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No household refrigerator runs at a continuous 800W.

Did you bother to read what I wrote? Of course they don't. Almost nothing in your home runs continuously. That is completely beside the point. Try again.


Interesting, but it's a comment by a customer on a web site for a company selling inverters, and almost completely ignores the science. Electricity has worked the same way forever, and Prius or not, it still obeys the laws of physics. The fact that the guy had to frequently go out to his car to reset the overloaded inverter should tell you that something is wrong with this whole idea... or at least that there are definite practical limits that are being ignored.
Could a setup like this run just our aquariums? Probably. Most of our aquariums probably never draw more than 1000w of power. Leave it at that, and I'm fine.
But a couple of additional points:
I am not about to go buy a Prius just to be able to use it as power generator for my aquarium during a power outage.
What happens if you need to use the car to run to the store for something? Or to the gas station?
I'm not going to leave my garage door open during a blizzard or a hurricane so that my car can sit inside it and run. Sorry, but that is just dumb.
The life of all rechargeable batteries is predictable and finite, and depends largely upon how often they are charged and discharged. Using the batteries this way will most certainly decrease their expected lifespan, since they were not designed to be used this way. Will it make a big difference? I can't say at the moment, but with a replacement cost of $3500-$5500, it's not an item I would ignore or take lightly.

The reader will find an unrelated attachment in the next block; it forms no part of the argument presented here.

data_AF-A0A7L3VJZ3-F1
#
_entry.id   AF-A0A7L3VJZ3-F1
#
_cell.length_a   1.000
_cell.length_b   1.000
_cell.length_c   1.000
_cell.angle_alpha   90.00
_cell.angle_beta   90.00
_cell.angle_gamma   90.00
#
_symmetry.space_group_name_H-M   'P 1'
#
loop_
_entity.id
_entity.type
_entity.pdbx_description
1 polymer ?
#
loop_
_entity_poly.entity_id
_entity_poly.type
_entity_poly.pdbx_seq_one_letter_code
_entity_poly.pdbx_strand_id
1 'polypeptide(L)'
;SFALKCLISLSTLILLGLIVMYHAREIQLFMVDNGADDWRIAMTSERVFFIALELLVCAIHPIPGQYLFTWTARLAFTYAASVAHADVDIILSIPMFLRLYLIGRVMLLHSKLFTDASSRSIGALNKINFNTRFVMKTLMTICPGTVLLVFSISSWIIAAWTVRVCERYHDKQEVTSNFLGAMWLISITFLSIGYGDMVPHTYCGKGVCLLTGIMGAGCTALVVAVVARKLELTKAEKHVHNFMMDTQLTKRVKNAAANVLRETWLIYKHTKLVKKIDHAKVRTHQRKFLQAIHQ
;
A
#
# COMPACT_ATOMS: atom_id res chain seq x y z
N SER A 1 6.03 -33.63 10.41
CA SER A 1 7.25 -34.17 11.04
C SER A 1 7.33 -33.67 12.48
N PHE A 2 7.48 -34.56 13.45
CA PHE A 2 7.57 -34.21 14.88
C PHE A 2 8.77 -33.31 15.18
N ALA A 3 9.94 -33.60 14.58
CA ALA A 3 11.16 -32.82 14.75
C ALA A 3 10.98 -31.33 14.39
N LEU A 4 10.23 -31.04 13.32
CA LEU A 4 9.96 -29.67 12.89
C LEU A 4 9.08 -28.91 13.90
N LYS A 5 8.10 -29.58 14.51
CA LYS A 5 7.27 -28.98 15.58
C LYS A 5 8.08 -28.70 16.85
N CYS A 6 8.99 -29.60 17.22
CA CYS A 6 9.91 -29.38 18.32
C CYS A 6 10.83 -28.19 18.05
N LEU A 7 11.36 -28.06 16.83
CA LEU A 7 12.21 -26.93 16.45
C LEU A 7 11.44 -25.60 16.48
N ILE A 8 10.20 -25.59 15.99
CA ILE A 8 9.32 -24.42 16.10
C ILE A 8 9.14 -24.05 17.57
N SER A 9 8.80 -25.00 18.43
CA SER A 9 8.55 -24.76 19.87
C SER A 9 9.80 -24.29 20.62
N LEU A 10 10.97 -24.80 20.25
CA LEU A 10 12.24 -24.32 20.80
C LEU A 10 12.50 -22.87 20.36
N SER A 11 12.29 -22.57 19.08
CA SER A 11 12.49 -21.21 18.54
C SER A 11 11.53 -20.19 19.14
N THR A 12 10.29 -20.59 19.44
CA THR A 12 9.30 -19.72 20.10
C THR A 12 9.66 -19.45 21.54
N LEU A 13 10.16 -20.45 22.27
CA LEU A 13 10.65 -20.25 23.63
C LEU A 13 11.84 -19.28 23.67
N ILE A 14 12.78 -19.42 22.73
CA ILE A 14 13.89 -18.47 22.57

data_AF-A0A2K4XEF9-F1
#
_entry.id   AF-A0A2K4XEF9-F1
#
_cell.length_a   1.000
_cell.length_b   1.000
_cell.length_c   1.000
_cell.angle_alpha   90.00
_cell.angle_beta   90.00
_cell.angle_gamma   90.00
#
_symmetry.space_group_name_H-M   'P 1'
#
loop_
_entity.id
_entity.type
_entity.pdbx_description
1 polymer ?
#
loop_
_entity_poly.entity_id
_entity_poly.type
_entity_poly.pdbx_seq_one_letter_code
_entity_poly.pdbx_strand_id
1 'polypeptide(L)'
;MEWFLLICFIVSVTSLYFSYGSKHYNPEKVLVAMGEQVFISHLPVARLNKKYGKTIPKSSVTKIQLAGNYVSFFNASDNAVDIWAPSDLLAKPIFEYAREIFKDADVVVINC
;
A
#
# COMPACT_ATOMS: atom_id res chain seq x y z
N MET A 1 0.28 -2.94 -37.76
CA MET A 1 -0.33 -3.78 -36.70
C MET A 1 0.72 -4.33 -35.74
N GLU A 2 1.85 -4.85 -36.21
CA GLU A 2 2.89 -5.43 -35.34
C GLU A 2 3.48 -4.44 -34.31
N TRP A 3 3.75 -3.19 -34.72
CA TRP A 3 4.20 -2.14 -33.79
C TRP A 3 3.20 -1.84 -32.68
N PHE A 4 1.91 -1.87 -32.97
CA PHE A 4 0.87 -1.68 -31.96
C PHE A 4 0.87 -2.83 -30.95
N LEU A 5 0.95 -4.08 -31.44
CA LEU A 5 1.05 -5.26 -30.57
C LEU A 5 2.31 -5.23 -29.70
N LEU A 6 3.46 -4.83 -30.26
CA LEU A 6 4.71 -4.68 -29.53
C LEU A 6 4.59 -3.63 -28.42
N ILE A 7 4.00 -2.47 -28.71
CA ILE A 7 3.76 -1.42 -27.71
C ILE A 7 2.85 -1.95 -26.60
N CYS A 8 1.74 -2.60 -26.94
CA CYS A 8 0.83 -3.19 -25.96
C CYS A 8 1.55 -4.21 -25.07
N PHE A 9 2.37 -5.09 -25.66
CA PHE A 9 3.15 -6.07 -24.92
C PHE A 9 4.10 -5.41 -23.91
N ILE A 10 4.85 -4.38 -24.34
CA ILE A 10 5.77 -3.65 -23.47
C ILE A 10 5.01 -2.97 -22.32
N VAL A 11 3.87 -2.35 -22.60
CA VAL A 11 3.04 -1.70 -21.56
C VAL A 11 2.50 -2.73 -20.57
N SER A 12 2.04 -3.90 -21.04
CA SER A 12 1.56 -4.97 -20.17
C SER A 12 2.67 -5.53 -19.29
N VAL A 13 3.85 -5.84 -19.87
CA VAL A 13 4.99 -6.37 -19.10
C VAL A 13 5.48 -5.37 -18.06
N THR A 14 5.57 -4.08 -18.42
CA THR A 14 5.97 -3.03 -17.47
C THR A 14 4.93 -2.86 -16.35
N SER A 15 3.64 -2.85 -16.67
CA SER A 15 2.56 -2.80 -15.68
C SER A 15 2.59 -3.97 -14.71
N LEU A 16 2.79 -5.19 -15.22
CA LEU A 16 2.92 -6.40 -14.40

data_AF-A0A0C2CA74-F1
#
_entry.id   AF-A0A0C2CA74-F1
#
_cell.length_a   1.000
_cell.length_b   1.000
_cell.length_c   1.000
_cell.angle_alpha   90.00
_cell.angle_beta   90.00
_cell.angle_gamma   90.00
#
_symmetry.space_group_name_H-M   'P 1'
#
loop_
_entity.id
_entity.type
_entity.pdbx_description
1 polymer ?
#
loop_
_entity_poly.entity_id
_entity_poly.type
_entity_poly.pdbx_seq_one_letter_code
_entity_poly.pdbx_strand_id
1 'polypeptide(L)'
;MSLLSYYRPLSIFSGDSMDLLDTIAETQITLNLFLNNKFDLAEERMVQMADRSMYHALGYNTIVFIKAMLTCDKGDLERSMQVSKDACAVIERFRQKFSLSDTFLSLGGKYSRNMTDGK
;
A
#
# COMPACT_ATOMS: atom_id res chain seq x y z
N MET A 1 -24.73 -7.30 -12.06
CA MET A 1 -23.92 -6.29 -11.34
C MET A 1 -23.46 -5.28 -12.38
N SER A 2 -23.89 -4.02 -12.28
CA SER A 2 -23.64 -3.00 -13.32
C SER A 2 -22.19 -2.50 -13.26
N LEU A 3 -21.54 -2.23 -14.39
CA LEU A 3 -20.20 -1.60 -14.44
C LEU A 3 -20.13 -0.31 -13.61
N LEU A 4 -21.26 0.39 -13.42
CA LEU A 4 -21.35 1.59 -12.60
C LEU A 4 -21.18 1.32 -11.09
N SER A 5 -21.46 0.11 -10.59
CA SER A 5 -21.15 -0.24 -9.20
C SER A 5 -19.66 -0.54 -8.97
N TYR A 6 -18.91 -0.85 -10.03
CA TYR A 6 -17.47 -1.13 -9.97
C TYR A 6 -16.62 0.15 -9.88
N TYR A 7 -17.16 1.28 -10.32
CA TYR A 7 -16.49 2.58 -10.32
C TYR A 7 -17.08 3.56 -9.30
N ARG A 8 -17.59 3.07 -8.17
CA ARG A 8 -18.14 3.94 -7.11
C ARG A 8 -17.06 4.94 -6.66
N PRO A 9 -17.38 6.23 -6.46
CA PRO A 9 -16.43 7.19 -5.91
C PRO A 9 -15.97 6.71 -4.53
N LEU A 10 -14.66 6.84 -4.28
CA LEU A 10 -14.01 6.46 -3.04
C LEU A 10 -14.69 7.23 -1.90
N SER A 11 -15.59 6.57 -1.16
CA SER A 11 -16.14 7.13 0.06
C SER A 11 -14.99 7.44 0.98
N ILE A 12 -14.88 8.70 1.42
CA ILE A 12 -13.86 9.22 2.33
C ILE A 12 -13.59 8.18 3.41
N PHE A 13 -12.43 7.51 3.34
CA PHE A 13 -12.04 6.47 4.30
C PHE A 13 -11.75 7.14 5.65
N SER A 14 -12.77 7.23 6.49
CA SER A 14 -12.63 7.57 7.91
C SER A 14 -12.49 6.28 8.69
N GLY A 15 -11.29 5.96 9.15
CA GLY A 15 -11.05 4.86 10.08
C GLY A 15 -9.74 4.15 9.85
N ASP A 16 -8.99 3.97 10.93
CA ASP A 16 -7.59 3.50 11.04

Many such stories.
I saw one. And it was a whopper. Probably sold some inverters, though.

Like I said earlier, the way electricity works has never changed. And the laws of physics are what they are. Ignore them or argue against them all you want, but nature will win every time.
 

Malcontent

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Did you bother to read what I wrote? Of course they don't. Almost nothing in your home runs continuously. That is completely beside the point. Try again.

Your entire argument is a strawman suggesting that, during an extended outage during a natural disaster, someone would turn on every electrical appliance simultaneously.

But thank you for finally conceding that peak and continuous power draw are different. I see that you were unable to back up your claim that refrigerators draw a constant 800W.

Here's a tip: don't try to argue that something that people do fairly routinely is impossible. That is a losing strategy.